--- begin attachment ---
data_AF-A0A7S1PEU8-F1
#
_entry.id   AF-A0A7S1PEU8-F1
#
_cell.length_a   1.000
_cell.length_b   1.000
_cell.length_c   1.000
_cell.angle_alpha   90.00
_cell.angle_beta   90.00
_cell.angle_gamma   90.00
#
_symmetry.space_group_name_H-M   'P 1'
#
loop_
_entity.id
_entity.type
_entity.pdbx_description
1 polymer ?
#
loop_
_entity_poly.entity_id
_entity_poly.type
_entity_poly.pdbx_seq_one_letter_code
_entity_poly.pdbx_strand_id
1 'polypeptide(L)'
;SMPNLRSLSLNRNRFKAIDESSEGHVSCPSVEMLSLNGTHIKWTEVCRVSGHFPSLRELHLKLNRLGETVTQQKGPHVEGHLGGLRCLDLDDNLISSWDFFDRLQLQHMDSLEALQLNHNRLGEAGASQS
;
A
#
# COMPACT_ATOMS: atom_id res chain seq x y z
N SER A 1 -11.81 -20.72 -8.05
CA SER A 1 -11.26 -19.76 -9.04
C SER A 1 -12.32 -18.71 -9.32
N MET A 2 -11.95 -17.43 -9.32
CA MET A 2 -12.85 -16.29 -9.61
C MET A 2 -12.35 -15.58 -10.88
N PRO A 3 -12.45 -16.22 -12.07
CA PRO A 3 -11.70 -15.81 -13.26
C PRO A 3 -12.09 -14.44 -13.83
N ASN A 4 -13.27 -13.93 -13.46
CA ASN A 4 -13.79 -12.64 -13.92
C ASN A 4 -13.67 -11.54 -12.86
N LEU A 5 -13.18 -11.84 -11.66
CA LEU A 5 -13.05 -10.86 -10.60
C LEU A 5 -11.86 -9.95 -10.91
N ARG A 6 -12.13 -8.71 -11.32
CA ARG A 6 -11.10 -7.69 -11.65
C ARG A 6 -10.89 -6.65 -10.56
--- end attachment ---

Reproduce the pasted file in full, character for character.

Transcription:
data_AF-A0A7S1PEU8-F1
#
_entry.id   AF-A0A7S1PEU8-F1
#
_cell.length_a   1.000
_cell.length_b   1.000
_cell.length_c   1.000
_cell.angle_alpha   90.00
_cell.angle_beta   90.00
_cell.angle_gamma   90.00
#
_symmetry.space_group_name_H-M   'P 1'
#
loop_
_entity.id
_entity.type
_entity.pdbx_description
1 polymer ?
#
loop_
_entity_poly.entity_id
_entity_poly.type
_entity_poly.pdbx_seq_one_letter_code
_entity_poly.pdbx_strand_id
1 'polypeptide(L)'
;SMPNLRSLSLNRNRFKAIDESSEGHVSCPSVEMLSLNGTHIKWTEVCRVSGHFPSLRELHLKLNRLGETVTQQKGPHVEGHLGGLRCLDLDDNLISSWDFFDRLQLQHMDSLEALQLNHNRLGEAGASQS
;
A
#
# COMPACT_ATOMS: atom_id res chain seq x y z
N SER A 1 -11.81 -20.72 -8.05
CA SER A 1 -11.26 -19.76 -9.04
C SER A 1 -12.32 -18.71 -9.32
N MET A 2 -11.95 -17.43 -9.32
CA MET A 2 -12.85 -16.29 -9.61
C MET A 2 -12.35 -15.58 -10.88
N PRO A 3 -12.45 -16.22 -12.07
CA PRO A 3 -11.70 -15.81 -13.26
C PRO A 3 -12.09 -14.44 -13.83
N ASN A 4 -13.27 -13.93 -13.46
CA ASN A 4 -13.79 -12.64 -13.92
C ASN A 4 -13.67 -11.54 -12.86
N LEU A 5 -13.18 -11.84 -11.66
CA LEU A 5 -13.05 -10.86 -10.60
C LEU A 5 -11.86 -9.95 -10.91
N ARG A 6 -12.13 -8.71 -11.32
CA ARG A 6 -11.10 -7.69 -11.65
C ARG A 6 -10.89 -6.65 -10.56